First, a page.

Monday, March 10, 2014
By ALLEN G. BREED/The Associated Press
(Continued from page 1)
President John F. Kennedy and his wife, Jacqueline Kennedy, arrive at the airport in Dallas on Nov. 22, 1963, shortly before JFK was assassinated. PBS says its fall schedule will include a variety of specials marking President Kennedy’s death 50 years ago.
The Associated Press
A vendor holds a publication titled “JFK The Case For Conspiracy” in Dallas in 2003.
The Associated Press
The book has since sold millions of copies in hardcover and paperback, Lane says.
Since then, dozens of books with titles like "Best Evidence," "Reasonable Doubt," "High Treason" and "Coup D'Etat in America: The CIA and the Assassination of John F. Kennedy" have sought to lay responsibility for JFK's death at the highest levels of the U.S. government -- and beyond.
British journalist Anthony Summers, whose BBC documentary became the 1980 book "Conspiracy," says many conspiracy buffs "are fine scholars and students, and some are mad as hatters who think it was done by men from Mars using catapults."
Unlike the later coverage of Watergate, there were no reporters like The Washington Post's Bob Woodward and Carl Bernstein, who were told by their editors, "Get on this and don't get off it," says Summers, whose works focused on people and events largely ignored or treated cursorily by the official investigations. "Nobody went down there and really did the shoe leather work and the phone calls that we're all supposed to do," he says.
For many, the Kennedy assassination has become "a board game: 'Who killed JFK?' So you feel free to sit around and say, 'Oh! It's the mob. Oh! It's the KGB' ... and have no shame," scoffs Gerald Posner, whose 1993 book "Case Closed" declared that the Warren Commission essentially got it right.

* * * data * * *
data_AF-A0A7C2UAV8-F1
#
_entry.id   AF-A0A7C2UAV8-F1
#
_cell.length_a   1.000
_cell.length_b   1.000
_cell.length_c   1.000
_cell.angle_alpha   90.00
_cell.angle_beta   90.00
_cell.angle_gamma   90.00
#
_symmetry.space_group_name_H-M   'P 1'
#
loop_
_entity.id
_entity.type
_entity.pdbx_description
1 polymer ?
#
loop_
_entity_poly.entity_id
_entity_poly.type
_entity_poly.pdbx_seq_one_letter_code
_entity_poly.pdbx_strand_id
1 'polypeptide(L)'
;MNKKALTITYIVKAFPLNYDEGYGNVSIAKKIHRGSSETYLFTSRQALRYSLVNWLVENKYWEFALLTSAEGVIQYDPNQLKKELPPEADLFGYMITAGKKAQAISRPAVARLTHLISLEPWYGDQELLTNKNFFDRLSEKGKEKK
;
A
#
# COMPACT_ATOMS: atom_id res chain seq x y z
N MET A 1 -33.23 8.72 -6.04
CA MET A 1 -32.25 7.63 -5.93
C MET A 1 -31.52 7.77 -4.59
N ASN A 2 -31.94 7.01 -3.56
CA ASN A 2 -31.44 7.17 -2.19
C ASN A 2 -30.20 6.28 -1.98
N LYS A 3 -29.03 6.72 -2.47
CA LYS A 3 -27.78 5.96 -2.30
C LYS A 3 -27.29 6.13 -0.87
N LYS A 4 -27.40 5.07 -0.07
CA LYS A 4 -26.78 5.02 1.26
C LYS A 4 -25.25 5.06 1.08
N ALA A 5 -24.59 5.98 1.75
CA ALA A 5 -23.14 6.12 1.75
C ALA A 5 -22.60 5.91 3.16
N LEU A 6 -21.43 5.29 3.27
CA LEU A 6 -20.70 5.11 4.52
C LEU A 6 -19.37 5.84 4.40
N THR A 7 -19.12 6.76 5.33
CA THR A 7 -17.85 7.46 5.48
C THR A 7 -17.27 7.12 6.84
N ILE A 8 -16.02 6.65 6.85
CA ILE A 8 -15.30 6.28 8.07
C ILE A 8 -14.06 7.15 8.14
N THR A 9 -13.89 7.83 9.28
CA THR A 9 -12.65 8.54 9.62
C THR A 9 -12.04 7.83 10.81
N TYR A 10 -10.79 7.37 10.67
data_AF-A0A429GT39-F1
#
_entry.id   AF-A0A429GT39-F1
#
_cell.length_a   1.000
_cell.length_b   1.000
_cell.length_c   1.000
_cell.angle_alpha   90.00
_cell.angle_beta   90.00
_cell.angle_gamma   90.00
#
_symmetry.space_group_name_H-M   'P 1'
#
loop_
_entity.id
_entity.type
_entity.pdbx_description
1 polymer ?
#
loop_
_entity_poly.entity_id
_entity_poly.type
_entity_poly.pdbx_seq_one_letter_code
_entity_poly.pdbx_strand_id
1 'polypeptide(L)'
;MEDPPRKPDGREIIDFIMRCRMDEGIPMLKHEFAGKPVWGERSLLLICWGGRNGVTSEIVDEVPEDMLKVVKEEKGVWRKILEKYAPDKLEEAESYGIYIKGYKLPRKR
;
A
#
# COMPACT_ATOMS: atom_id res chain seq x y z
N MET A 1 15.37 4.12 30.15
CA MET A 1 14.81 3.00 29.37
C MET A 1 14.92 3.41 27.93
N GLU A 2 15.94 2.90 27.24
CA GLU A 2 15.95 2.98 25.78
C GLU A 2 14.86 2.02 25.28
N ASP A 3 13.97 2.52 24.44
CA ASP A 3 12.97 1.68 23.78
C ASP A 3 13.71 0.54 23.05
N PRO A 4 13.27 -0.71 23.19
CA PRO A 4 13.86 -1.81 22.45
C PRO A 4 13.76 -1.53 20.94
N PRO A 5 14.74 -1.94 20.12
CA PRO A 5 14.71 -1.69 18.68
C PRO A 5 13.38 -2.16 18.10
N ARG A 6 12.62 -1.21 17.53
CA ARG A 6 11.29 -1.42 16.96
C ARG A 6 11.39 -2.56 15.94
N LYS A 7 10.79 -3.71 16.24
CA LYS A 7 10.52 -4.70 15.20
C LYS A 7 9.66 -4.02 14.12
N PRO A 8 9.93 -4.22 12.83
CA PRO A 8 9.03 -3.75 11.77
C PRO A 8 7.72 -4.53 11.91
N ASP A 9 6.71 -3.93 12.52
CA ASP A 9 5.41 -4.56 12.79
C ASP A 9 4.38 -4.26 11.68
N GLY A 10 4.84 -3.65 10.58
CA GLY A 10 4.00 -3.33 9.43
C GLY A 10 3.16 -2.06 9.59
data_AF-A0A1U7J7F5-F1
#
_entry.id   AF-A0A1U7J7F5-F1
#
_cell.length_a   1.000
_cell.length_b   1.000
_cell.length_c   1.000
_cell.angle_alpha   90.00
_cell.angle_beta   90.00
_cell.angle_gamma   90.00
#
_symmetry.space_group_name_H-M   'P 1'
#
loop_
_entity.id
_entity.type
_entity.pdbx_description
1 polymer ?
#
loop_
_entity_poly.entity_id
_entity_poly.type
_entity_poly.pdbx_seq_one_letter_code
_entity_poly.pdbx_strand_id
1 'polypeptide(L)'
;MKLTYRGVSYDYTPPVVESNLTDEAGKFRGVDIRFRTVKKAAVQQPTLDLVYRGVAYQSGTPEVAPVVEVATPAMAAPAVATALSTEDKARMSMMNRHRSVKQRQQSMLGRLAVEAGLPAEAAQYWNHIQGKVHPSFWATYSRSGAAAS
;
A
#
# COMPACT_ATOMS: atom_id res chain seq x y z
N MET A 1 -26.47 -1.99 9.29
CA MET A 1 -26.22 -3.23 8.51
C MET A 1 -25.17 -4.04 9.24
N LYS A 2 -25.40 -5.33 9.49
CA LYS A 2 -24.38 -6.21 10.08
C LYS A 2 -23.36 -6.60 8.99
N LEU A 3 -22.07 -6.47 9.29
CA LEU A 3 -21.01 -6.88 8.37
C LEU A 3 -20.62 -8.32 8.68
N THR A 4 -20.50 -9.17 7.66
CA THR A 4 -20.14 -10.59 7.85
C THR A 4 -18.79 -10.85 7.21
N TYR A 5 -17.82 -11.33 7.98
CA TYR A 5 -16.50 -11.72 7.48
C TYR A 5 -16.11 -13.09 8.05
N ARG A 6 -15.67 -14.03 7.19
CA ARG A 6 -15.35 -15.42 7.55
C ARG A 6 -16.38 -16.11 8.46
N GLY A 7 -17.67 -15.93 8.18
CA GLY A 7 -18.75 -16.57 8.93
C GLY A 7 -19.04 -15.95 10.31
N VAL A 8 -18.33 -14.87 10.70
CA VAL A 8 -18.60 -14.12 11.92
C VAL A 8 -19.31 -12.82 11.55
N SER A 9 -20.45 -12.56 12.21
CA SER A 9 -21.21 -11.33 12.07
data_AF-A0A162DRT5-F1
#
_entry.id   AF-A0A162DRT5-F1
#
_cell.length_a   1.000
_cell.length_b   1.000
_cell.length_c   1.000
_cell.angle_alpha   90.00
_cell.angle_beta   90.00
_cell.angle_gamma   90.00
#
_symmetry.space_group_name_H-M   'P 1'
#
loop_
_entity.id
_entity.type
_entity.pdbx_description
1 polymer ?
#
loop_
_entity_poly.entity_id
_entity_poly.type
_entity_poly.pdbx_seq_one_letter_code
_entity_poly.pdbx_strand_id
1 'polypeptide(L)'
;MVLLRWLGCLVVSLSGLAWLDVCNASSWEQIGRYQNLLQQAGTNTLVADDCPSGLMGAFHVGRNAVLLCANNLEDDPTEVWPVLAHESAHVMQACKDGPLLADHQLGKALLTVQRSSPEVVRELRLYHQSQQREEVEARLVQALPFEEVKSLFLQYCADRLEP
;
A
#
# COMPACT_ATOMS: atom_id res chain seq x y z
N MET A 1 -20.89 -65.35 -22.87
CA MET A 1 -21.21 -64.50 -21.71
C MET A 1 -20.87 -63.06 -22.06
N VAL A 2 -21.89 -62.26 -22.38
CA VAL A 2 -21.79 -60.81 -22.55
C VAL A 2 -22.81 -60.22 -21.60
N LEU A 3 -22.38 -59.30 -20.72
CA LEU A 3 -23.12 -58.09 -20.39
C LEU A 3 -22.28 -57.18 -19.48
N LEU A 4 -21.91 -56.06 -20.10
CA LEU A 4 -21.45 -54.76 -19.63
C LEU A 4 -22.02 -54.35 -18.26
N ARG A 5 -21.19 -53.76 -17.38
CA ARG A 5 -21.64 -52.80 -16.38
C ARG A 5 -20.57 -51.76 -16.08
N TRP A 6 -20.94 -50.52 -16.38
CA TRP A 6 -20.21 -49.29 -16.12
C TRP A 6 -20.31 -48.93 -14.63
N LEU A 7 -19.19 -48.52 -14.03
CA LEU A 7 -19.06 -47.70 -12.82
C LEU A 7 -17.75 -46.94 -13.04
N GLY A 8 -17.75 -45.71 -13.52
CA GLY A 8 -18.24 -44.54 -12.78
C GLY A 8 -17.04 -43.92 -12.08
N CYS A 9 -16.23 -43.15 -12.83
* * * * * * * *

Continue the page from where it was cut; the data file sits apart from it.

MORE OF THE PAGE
The Oswald-as-patsy community has vilified Posner.
Unlike Posner, Vincent Bugliosi, author of 2007's "Reclaiming History: The Assassination of President John F. Kennedy," embarked on his book expecting to vindicate the Warren Commission.
What he didn't expect was for it to balloon into a 1,650-page behemoth -- with a CD-ROM containing an additional 960 pages of endnotes -- that cost $57.
"STOP writing," he recalls his wife telling him. "You're killing the sales of the book."
The 78-year-old lawyer blames the conspiracy theorists. "We're talking about people," he explains, "who've invested the last 15, 20, 25 years of their life in this. They've lost jobs. They've gotten divorces. Nothing stops them."
"Like a pea brain," he says, he responded to all of their allegations. "It's a bottomless pit. It never, ever ends. And if my publisher ... didn't finally step in and say, 'Vince, we're going to print,' I'd still be writing the book."
Despite its girth and hefty cost, "Reclaiming History" had a respectable first printing of 40,000, says Bugliosi, best known as the former deputy Los Angeles district attorney who prosecuted Charles Manson.
Many other conspiracy authors have similarly immersed themselves, often coming to the same conflicting conclusions, but the books continue to sell.
Hollywood has also found the conspiracy to be fertile ground:
• Leonardo DiCaprio and Robert De Niro are to star in a feature film version of the book "Legacy of Secrecy" -- with a reported cost of up to $90 million.
• Meanwhile, Marcia Gay Harden and Billy Bob Thornton have signed on for the Tom Hanks-produced "Parkland," named for the Dallas hospital where Kennedy was pronounced dead.
• And a TV movie is to be made from another new book, "Killing Kennedy," co-written by Fox News host Bill O'Reilly, which had sold 1 million copies within four months of its release in October.
While even some conspiracy authors admit to having doubts about the value of the endless stream of material, there is little doubt among most that after the anniversary arrives, it won't bring the last word on the subject.